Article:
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The Death of the Paper Resume

Posted by Aaron Lumnah

May 3, 2013, 9:56 AM

recruitment trends

The paper resume isn’t dying, it’s dead.

Unlike its dynamic online counterparts that capture the diverse and continuosly changing facets of a candidate profile, the static paper resume is inherently always one step behind. Print, revise, print, revise...the paper resume perpetuates an endless cycle of doom. 

The anachronistic piece of low technology symbolizes the arduous recruiting practices of days past. While for years the resume has been synonymous with the job search process, newer technology has now taken flight, creating a wealth of opportunities for candidates to demonstrate their rich skill profiles. The old days of analog are on the way out; it’s time to usher the new tools of the digital age step into the spotlight.

Social Suicide

As the world of social recruiting continues to mature, candidates increasingly turn online to uncover jobs and explore new ways to establish contact with potential employers. A candidate's social footprint is rapidly becoming the most meaningful method for showcasing knowledge and experience.

The new tools of the trade are fast and flexible:

LinkedIn is no longer a network only for business executives looking to connect with each other; touting over 200 million users, recruiters live and breathe its profiles to source passive candidates and discover top talent. 

About.me is LinkedIn's more visual counterpart, enabling candidates to illustrate creativity and connectivity, bringing their qualifications to life with a vibrant personalized page. 

Twitter is a playground for the socially connected, providing a wealth of information about a candidate's connections, credibility and engagement with industry influencers. 

Vala Afshar, CMO of Enterasys, a social business based in Boston, recently posted a job opening for a social marketer with the company. The headline reads, Hiring A Social Marketer, No Paper Resume Accepted. The post had seen over 900 tweets, 100 Facebook shares, and 100 LinkedIn shares—clearly, Afshar's onto something. 

Paper Resumes: The New Fire Kindling

Riding closely on the coattails of the Internet and social media, applicant tracking systems and talent management systems have boomed in the last several years, creating a $1B market size according to Bersin by Deloitte. Providing a centralized solution for a wide variety of recruiting needs, most consume electronic files and crawl the social sphere online. There's no room for paper in the world of ATS solutions.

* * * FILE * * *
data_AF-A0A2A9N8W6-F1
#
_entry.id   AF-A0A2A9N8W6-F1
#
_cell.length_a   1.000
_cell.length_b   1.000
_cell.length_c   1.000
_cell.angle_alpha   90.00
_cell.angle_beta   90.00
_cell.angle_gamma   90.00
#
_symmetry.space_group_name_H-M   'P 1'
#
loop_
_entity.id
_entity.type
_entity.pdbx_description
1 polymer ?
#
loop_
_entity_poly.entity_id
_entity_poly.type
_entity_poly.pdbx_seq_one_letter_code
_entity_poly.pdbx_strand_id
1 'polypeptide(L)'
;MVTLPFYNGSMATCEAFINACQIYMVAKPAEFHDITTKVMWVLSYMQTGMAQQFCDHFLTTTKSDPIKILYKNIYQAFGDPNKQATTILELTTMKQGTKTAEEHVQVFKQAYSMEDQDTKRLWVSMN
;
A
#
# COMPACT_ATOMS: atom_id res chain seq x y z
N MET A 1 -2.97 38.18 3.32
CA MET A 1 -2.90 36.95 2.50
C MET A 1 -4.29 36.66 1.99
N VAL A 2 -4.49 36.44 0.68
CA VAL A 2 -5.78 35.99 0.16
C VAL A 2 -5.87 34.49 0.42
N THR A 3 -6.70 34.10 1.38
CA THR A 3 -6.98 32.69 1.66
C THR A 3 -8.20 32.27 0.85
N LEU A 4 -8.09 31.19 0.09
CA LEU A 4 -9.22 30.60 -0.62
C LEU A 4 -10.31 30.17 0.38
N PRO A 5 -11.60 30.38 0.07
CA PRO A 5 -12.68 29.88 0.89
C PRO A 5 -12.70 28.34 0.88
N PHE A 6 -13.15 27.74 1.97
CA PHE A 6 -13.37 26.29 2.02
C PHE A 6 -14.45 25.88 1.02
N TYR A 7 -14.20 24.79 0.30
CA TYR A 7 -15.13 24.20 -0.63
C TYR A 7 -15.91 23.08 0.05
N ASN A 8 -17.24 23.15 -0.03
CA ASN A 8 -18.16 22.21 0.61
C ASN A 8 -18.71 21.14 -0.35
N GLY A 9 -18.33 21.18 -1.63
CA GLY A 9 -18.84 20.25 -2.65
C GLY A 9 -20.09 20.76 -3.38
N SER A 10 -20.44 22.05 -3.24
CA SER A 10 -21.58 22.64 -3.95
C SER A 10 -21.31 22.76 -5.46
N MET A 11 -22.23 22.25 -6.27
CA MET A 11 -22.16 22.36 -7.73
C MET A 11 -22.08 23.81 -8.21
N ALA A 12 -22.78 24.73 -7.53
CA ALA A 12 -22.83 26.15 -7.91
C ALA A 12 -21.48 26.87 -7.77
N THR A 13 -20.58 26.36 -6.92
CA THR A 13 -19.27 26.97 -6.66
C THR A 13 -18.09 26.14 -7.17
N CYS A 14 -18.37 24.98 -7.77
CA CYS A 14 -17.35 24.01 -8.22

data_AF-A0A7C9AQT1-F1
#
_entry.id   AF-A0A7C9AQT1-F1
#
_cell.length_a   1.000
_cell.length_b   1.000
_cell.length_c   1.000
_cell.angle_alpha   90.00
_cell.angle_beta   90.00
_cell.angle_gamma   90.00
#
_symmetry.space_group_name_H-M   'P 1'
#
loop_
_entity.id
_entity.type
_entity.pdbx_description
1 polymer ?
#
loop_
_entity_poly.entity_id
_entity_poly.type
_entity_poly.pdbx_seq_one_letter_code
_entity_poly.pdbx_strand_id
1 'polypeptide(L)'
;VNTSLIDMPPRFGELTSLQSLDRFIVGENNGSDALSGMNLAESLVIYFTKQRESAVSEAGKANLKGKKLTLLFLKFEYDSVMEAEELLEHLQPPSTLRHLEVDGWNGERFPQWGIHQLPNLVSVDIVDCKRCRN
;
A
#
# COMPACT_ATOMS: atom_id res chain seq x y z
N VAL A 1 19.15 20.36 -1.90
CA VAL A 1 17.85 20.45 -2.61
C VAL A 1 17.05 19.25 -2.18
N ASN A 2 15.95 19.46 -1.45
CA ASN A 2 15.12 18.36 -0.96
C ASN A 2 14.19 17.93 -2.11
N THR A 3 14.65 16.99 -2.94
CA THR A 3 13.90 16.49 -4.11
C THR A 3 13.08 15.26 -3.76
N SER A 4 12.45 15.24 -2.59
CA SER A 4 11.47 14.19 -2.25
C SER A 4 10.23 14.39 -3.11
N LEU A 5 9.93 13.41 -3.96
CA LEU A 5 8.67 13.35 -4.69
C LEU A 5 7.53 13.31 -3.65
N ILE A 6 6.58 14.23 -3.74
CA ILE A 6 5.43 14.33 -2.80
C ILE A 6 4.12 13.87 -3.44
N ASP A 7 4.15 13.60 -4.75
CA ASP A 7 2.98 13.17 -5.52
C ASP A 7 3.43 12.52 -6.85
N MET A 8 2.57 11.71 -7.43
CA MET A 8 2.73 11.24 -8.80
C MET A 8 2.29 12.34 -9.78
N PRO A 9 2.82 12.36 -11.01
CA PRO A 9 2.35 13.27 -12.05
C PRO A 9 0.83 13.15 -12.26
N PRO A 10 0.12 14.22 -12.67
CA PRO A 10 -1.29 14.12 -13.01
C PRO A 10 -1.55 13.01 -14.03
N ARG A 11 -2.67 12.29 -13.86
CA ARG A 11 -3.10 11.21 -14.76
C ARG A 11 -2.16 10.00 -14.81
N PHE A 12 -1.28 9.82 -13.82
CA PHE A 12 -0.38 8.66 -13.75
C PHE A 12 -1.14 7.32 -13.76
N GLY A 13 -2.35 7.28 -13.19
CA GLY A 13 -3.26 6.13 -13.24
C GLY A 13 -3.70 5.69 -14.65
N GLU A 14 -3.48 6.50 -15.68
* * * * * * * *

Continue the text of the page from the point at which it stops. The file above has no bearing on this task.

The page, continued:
Big name companies like Walmart, Macy’s, Wells Fargo, and Accenture are already using ATS solultions like iCIMS and JIBE, to power the candidate experience from start to finish online. Free and low-cost options are rapidly expanding access to a broad universe of employers. Given the increaing proliferation of new solutions, you might just want to use that paper resume of yours as fire kindling...

A Losing Game

The skills profile section of a paper resume puts the final nail in its coffin. Sure, it's incredibly valuable to understand a candidate's abilities. But anyone off the street can assert that they're proficient at Microsoft Excel on paper, without truly providing any proof.

As the need for specialized skills in the workforce climbs ever higher, it’s absolutely essential to hire quality candidates that have the right skills for the job at hand. Skill assessment tools are the scissors that shred the paper resume by quantifying skills for the ulimate insight into a candidate's abilities. 

Rock. Scissors. Paper resume...you lose. 

 

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